The importance of search and rescue patterns is relevant since not matter how ever developed our means may of transportation may get, the possibility of an emergency arising due to an accident or other reasons cannot be ruled out.
The moment a ship encounters an emergency and the inevitable is realized, a distress signal is given out, the signal is received by ships that are near by. Using satellite communication the signal is transmitted to all ground stations. The moment the signal is received by ground stations, ‘Search and Rescue’ (SAR) operations are started.
Certain norms or rules have been compiled to carry out the rescue operations. Certain SAR patterns have been worked out to carry out and deal with maritime emergencies. The various search and rescue patterns have been discussed below.
Types of Search and Rescue Patterns:
Before discussing the search patterns in detail, let us familiarize ourselves with the term ‘datum’. ‘Datum’ is the area where the object is believed to have been sighted.
Track Line Pattern Search: This is the first pattern that is followed for undertaking a search operation. Track line search pattern can be undertaken can be undertaken with one or more vessels. The reason for adopting this method is the assumption that the object to be searched is in the near vicinity and along the ‘track’. It is also used when the search area is large and only an approximate location is necessary. Following this pattern ensures uniform coverage.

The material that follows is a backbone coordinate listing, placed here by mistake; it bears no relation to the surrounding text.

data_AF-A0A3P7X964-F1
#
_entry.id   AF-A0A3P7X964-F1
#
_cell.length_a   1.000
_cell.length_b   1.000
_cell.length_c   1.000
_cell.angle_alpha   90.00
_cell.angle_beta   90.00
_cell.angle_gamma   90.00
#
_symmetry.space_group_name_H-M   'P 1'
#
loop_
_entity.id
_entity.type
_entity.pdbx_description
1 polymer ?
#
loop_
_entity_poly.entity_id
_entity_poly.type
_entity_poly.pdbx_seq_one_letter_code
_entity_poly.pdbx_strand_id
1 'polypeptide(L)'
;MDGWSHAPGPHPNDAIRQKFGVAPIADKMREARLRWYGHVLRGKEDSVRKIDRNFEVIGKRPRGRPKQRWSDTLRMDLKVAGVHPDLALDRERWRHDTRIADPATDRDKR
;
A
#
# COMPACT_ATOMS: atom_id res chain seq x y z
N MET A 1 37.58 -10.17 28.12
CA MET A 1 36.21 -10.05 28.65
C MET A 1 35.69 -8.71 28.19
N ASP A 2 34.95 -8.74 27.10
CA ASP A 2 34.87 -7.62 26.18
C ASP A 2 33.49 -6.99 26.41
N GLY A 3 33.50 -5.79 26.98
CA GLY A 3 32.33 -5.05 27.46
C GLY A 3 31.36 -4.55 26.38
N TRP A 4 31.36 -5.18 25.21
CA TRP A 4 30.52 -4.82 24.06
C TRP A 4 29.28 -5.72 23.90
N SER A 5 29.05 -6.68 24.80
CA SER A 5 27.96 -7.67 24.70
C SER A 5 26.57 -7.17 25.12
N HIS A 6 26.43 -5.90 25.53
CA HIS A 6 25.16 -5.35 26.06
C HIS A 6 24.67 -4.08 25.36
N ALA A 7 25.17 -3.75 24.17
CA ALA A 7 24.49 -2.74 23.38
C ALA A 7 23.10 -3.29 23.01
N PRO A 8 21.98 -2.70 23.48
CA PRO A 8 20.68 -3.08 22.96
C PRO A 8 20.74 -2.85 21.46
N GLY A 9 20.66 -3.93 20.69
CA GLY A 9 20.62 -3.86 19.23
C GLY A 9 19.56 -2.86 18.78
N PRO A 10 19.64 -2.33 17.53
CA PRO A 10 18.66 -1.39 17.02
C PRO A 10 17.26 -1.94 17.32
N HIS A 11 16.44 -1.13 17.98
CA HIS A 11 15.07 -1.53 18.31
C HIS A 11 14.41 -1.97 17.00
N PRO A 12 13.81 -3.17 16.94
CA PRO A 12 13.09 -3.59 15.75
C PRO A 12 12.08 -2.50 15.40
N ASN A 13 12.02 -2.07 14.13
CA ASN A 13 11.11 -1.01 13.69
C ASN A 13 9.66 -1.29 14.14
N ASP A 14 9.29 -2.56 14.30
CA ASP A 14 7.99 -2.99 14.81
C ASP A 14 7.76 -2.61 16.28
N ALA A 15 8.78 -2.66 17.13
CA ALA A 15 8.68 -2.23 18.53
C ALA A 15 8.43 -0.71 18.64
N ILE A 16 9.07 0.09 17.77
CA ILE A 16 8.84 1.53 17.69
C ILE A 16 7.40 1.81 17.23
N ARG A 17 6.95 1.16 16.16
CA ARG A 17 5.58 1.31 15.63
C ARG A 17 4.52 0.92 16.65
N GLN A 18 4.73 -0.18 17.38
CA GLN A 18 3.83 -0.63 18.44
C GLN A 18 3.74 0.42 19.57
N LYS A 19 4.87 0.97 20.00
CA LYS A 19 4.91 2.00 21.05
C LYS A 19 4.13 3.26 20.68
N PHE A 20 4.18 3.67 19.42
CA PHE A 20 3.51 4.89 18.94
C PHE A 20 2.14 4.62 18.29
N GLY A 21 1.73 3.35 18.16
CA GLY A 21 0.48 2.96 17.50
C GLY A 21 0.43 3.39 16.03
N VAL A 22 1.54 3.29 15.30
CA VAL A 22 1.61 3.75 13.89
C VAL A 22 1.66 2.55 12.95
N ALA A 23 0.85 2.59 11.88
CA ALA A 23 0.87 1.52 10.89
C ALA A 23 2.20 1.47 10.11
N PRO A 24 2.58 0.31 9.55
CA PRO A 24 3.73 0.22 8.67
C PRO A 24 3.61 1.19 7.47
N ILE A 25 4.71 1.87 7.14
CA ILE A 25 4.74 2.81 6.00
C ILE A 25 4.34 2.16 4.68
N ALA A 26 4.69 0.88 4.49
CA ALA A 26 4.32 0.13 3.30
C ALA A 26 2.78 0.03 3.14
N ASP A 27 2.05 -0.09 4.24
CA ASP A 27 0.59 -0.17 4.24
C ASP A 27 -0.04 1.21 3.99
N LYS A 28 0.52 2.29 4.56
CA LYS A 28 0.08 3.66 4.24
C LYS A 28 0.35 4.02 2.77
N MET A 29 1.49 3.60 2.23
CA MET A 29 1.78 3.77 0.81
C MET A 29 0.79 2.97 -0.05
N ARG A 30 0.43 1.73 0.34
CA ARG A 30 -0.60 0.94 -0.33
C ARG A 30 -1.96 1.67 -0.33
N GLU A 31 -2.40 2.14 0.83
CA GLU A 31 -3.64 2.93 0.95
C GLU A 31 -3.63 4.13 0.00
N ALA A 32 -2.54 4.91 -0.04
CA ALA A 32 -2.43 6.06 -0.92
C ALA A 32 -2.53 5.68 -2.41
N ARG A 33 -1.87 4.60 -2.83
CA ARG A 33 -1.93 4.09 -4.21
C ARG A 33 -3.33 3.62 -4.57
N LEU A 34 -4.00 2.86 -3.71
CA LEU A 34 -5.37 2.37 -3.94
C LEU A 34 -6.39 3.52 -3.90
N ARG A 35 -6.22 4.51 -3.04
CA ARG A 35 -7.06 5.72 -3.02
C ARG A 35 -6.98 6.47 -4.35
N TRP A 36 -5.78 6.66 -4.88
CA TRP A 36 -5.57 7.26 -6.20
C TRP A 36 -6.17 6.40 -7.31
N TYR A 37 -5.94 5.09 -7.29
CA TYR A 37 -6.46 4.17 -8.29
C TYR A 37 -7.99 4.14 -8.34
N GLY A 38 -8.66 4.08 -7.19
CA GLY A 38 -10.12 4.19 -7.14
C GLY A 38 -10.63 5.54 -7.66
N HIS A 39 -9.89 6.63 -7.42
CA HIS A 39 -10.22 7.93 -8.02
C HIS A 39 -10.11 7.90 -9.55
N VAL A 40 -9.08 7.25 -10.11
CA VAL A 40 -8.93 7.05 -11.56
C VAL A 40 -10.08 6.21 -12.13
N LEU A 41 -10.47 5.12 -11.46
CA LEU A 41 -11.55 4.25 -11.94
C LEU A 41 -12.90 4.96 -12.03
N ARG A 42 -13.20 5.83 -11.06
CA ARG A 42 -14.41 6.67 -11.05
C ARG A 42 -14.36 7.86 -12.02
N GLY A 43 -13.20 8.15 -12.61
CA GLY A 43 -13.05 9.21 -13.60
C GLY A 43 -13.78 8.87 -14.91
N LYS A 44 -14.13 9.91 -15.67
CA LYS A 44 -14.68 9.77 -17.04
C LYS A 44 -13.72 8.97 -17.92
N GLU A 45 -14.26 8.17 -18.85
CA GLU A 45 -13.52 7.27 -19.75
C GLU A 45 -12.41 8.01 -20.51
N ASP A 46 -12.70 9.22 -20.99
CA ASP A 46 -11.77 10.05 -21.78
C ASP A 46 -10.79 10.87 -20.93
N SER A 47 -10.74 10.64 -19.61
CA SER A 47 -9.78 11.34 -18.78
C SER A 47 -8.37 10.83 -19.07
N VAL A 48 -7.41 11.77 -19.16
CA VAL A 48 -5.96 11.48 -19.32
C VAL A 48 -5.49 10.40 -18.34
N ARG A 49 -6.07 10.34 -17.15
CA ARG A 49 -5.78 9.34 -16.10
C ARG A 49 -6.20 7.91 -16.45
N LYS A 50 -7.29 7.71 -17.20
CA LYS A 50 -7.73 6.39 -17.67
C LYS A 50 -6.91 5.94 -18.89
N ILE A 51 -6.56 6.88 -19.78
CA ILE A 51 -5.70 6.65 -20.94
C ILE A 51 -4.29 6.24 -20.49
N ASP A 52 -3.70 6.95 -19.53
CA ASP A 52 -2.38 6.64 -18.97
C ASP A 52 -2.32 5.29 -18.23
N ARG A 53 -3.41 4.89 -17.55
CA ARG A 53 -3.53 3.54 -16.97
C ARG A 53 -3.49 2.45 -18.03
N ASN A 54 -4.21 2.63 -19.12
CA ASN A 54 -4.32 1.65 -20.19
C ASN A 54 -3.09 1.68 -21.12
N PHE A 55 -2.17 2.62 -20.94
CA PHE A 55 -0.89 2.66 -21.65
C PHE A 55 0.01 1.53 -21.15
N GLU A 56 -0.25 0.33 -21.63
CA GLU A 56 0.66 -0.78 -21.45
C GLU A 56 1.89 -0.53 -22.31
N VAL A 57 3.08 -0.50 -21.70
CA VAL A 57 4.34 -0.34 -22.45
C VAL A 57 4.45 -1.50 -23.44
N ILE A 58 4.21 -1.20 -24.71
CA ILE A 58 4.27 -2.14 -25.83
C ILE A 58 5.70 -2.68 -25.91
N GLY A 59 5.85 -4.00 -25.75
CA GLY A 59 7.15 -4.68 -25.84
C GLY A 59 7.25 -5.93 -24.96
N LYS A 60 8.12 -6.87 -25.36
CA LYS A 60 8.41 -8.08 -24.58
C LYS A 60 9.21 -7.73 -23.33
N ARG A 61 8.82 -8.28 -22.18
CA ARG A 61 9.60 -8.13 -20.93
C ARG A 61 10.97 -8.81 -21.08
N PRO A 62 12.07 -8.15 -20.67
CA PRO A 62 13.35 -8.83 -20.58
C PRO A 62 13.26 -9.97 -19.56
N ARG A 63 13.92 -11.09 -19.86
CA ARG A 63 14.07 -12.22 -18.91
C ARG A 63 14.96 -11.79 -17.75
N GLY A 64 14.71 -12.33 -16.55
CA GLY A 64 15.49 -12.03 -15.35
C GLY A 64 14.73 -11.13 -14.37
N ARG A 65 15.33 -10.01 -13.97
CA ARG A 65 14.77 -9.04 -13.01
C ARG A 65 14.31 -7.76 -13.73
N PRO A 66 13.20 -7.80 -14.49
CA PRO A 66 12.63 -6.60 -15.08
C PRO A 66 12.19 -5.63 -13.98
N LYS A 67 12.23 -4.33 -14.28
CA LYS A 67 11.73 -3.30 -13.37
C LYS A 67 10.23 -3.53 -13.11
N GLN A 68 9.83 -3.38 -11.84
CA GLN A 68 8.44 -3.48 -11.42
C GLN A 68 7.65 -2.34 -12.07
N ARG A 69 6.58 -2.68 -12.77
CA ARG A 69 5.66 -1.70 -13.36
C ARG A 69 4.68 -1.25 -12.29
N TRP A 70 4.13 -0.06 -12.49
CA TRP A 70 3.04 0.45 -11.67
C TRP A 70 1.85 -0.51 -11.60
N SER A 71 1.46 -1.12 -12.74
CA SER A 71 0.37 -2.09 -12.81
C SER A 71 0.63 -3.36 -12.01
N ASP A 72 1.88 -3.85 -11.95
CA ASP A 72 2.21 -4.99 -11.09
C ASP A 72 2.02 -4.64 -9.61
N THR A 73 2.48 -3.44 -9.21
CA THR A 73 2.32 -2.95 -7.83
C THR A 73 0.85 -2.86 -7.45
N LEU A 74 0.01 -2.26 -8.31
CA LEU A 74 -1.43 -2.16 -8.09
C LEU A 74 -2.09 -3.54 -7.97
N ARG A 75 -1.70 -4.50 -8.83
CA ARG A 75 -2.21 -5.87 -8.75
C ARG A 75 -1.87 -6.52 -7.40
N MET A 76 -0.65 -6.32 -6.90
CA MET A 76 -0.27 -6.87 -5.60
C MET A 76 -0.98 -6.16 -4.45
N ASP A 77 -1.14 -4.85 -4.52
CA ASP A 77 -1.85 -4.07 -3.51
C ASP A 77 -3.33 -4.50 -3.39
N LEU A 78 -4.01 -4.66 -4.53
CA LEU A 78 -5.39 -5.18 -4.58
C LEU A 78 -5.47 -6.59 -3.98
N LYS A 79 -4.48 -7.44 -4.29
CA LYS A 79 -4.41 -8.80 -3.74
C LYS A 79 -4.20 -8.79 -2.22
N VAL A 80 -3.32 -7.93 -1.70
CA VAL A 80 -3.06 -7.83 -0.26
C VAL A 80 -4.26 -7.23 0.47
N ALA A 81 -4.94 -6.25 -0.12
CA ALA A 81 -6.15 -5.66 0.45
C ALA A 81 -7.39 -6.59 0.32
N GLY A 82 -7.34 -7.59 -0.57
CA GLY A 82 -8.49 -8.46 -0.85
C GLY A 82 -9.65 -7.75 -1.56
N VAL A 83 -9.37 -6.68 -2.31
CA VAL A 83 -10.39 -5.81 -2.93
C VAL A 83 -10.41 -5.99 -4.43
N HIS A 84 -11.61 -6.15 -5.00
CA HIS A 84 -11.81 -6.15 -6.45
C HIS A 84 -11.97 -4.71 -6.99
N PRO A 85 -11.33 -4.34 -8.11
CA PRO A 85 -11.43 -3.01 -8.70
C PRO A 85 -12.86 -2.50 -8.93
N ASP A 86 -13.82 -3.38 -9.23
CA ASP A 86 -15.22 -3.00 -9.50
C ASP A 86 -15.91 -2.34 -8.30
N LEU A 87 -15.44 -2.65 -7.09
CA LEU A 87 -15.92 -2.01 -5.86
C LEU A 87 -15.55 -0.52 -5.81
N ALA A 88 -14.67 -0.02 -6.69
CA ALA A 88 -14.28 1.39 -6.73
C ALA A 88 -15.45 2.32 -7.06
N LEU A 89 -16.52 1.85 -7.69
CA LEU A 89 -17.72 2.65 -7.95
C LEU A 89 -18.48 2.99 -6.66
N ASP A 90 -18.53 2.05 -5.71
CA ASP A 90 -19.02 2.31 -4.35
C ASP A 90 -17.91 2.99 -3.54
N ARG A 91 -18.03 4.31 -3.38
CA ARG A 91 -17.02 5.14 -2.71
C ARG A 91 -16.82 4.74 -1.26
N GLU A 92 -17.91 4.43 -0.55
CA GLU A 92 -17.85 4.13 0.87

The main vessel/s starts the search parallel to each other as shown in the diagram above. After a little distance, the vessels turn away from each other at 90 degrees. Then after a short distance they again take a right turn and move the entire length parallel to each other.
The spacing between two track lines is referred to as ‘track spacing’, or to put in simple words the distance between two parallel lines is termed as ‘track spacing’.
Expanding Square Search Pattern: This pattern can be undertaken by surface vessels or even aircraft search units. Starting at the probable location of the target, the search vessels expand outward in concentric squares.
Sector Search: The sector search is employed when the position of the body is known accurately and the search has to be carried over a small area. It is normally carried out in the area, where the casualty or the object has been sighted. The probability of detection of the object is high close to datum and spreads the search over.
On drawing the pattern it comes like the spokes of a wheel. The advantage is the search vessels cross the datum a number of times. The first step is to determine the drift and carry out the operations in that direction. The distance between two search legs is 120 degrees and it takes three searches to complete one circle.
The other patterns that are used are Williamson Turn and Oil-Rig Search.
For the Williamson Turn, after moving in a specific direction for some while, a turn is taken till the compass shows 60 degrees, once this angle is a achieved, alter the path till the compass shows 200 degrees. This follows a reciptical pattern. In the oil rig pattern, the search sectors are placed into four quadrants.
The diagrammatic representation of the both the search and rescue patterns are shown above.